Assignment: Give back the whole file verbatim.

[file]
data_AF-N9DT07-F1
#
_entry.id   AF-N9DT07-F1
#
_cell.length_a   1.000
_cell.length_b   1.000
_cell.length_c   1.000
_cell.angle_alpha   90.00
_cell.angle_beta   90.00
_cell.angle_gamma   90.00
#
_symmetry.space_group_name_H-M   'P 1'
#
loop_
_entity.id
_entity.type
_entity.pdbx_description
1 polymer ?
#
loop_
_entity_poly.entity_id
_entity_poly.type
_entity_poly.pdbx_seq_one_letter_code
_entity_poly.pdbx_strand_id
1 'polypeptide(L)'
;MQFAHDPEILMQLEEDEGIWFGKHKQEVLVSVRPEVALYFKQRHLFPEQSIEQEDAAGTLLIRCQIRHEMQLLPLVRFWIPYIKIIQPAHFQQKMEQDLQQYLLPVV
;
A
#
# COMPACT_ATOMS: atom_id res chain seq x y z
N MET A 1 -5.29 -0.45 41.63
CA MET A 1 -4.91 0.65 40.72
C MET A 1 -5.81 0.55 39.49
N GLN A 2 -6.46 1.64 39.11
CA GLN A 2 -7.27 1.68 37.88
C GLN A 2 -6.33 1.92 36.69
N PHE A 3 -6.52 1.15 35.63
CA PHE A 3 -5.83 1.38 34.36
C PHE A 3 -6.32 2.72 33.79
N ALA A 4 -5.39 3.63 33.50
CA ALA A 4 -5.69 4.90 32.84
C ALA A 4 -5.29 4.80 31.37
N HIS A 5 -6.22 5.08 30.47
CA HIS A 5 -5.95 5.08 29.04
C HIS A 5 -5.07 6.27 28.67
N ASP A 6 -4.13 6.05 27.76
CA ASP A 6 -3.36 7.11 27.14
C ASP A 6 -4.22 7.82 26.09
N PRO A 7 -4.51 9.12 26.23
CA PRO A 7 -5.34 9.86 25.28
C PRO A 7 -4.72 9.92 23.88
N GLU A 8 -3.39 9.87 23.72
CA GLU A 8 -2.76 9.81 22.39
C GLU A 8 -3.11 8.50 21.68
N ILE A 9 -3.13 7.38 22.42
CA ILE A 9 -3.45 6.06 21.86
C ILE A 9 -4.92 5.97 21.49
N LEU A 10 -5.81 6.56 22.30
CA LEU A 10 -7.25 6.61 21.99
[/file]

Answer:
data_AF-N9DT07-F1
#
_entry.id   AF-N9DT07-F1
#
_cell.length_a   1.000
_cell.length_b   1.000
_cell.length_c   1.000
_cell.angle_alpha   90.00
_cell.angle_beta   90.00
_cell.angle_gamma   90.00
#
_symmetry.space_group_name_H-M   'P 1'
#
loop_
_entity.id
_entity.type
_entity.pdbx_description
1 polymer ?
#
loop_
_entity_poly.entity_id
_entity_poly.type
_entity_poly.pdbx_seq_one_letter_code
_entity_poly.pdbx_strand_id
1 'polypeptide(L)'
;MQFAHDPEILMQLEEDEGIWFGKHKQEVLVSVRPEVALYFKQRHLFPEQSIEQEDAAGTLLIRCQIRHEMQLLPLVRFWIPYIKIIQPAHFQQKMEQDLQQYLLPVV
;
A
#
# COMPACT_ATOMS: atom_id res chain seq x y z
N MET A 1 -5.29 -0.45 41.63
CA MET A 1 -4.91 0.65 40.72
C MET A 1 -5.81 0.55 39.49
N GLN A 2 -6.46 1.64 39.11
CA GLN A 2 -7.27 1.68 37.88
C GLN A 2 -6.33 1.92 36.69
N PHE A 3 -6.52 1.15 35.63
CA PHE A 3 -5.83 1.38 34.36
C PHE A 3 -6.32 2.72 33.79
N ALA A 4 -5.39 3.63 33.50
CA ALA A 4 -5.69 4.90 32.84
C ALA A 4 -5.29 4.80 31.37
N HIS A 5 -6.22 5.08 30.47
CA HIS A 5 -5.95 5.08 29.04
C HIS A 5 -5.07 6.27 28.67
N ASP A 6 -4.13 6.05 27.76
CA ASP A 6 -3.36 7.11 27.14
C ASP A 6 -4.22 7.82 26.09
N PRO A 7 -4.51 9.12 26.23
CA PRO A 7 -5.34 9.86 25.28
C PRO A 7 -4.72 9.92 23.88
N GLU A 8 -3.39 9.87 23.72
CA GLU A 8 -2.76 9.81 22.39
C GLU A 8 -3.11 8.50 21.68
N ILE A 9 -3.13 7.38 22.42
CA ILE A 9 -3.45 6.06 21.86
C ILE A 9 -4.92 5.97 21.49
N LEU A 10 -5.81 6.56 22.30
CA LEU A 10 -7.25 6.61 21.99